Bandaranaike specialised, in the only period until recently in which we
were taken seriously on the world stage, though perhaps with similar
suspicions on the part of those who disliked Non-Alignment. These new
hotels were a world away from the sleepy old Galle Face, where I had
learnt to swim in the dark underground pool that connected to the sea,
the only water in which I felt comfortable about letting myself go,
since much less effort was needed to keep myself afloat. This was at the
time of private coaches who charged Rs. 5 an hour, the ancient Mr.
Templar for swimming, the even more ancient M. Julien from Mauritius for
French. Wednesdays and Saturdays, du pain et fromage.
By the mid-seventies they were all gone, with the men that used to
come round on bicycles with packets of warm milk toffee, balls of
jaggery, thala and the deliciously sweet white sticks called something
like alpen. The gothamba roti men who rolled a cart round each Sunday
for the family lunch had rolled away too by then, I believe, and the
lunch was no longer a fixture.
The street too had changed. The family of greatly distinguished
pedigree on our right had kept its old fashioned elegant twin houses
with their small gardens, but elsewhere, apart from our lawn, there was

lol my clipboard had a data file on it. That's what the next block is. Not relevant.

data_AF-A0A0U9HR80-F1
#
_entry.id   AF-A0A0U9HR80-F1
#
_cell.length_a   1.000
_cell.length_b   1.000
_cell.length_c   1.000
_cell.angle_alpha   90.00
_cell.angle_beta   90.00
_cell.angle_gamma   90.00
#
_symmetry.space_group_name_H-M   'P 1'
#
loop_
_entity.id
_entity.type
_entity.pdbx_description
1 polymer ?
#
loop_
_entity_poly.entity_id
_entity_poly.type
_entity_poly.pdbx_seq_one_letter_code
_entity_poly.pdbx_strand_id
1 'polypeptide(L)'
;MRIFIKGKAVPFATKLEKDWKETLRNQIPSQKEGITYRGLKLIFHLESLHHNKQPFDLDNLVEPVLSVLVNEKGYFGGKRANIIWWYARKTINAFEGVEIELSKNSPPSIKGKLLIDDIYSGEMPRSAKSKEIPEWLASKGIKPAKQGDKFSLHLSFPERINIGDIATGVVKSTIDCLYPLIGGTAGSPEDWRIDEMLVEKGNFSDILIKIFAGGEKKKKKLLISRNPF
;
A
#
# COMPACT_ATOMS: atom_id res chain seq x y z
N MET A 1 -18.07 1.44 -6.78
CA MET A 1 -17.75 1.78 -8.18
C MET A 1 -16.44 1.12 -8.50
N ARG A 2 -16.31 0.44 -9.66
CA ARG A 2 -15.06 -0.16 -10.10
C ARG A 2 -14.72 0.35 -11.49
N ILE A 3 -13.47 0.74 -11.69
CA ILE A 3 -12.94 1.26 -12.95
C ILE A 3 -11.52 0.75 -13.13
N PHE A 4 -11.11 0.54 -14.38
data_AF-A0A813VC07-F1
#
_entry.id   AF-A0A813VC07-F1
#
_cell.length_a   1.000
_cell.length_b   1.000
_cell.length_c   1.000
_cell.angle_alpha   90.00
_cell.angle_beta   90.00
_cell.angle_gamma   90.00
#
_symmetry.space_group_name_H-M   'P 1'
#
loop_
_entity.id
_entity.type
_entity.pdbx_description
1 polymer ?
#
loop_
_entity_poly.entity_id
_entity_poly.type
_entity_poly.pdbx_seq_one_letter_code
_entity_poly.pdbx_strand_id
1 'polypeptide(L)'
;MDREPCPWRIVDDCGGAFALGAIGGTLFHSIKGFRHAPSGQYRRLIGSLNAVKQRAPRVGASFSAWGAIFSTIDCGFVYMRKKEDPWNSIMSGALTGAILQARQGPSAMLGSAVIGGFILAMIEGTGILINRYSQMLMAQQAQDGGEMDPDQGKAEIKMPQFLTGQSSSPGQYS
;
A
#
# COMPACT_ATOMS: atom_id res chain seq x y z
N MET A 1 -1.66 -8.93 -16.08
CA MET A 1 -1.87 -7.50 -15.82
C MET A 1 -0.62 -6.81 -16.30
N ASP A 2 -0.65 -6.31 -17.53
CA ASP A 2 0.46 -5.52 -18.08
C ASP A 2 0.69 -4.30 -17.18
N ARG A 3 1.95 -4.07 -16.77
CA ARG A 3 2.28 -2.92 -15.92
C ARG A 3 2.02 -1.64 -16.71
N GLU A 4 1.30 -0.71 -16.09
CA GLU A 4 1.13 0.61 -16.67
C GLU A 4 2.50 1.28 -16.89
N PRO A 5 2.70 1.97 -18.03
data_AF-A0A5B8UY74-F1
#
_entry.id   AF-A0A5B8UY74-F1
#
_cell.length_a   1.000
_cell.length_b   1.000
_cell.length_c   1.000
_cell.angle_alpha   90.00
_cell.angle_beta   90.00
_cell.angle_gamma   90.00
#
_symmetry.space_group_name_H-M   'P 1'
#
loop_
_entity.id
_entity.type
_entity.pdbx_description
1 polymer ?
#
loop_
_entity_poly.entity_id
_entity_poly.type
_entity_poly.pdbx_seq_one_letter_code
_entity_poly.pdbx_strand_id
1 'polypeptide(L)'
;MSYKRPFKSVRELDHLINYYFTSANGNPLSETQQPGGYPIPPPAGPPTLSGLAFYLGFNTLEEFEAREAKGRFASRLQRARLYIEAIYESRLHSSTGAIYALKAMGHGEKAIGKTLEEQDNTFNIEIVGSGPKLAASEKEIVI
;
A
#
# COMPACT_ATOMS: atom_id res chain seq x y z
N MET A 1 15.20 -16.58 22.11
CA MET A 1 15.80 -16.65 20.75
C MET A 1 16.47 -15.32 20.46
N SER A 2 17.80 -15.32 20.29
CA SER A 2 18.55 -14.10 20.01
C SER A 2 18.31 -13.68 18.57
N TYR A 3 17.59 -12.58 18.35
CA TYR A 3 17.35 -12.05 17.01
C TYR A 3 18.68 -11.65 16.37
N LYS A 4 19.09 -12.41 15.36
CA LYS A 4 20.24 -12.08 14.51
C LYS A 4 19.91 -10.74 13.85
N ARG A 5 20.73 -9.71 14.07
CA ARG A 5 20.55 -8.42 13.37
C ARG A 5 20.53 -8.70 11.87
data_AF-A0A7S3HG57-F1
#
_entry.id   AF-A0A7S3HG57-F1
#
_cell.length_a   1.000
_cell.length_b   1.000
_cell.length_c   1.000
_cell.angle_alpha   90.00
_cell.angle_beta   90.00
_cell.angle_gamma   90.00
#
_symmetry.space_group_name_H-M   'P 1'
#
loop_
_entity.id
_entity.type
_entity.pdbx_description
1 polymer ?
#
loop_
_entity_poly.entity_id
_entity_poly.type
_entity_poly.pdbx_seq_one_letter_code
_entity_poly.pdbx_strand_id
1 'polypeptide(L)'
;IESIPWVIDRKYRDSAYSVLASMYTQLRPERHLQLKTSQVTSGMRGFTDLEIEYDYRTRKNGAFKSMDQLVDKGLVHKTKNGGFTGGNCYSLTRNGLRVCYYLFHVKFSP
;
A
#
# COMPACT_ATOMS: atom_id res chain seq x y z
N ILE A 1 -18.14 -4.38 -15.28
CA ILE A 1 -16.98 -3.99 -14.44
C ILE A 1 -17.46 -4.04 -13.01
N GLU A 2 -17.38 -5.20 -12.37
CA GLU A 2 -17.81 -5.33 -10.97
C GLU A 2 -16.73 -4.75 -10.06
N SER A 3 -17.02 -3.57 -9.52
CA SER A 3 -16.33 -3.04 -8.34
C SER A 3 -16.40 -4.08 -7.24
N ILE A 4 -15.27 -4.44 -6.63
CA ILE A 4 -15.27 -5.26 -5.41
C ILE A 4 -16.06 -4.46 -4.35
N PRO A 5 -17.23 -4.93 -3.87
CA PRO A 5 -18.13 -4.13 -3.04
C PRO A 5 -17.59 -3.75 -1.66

only concrete to be seen. Our neighbours opposite had built in their
back gardens, which had been an alternative to the Lakmahal lawn for
cricket for the neighbourhood children. And three houses had come up on
the land that Harold Pieris had sold in the late sixties, the front
portion of the lawn of Alfred House, which had given its name to four
streets, still known even now, surprisingly, as Alfred Place and Alfred
House Gardens and Avenue and Road.
Harold Pieris was still alive when I came back in the eighties, and I
visited him once in the old house, named after the British heir to the
throne who had dined there. Sadly, after Harold and then his widow Peggy
died, the mansion was sold cheaply to someone who was thought to have
promised to maintain it, but who promptly tore it down and replaced it
with two houses. Meanwhile, one of the houses in front had been sold to
a jewellery business, a precursor to two restaurants on the street as a
sleepy residential area turned commercial.
But I anticipate. In the seventies the changes had just begun. Life
was still spacious and expansive. Lakmahal still had two boys to help
us, for upstairs and downstairs respectively, and a cook, and the old
ayah who had looked after me in childhood, and who lingered on. She
slept under the cupboard under the stairs, since she had always slept
inside the house rather than in her room at the back, for twenty years”
and, with no children to sleep with, she feared open spaces and thought
the space under the cupboard safe from ghosts.
By the time I came back to stay however, she had moved to the home of
a niece, who looked after her till she died, towards the end of 1984,
when I went and held her hand when she was almost unconscious and she
swung it with an energy I had long forgotten.
Her niece’s husband was one of our boys of the sixties, and I believe
she had arranged the marriage, which worked out well for all concerned.
He still comes to see us at intervals, with news of a thriving family.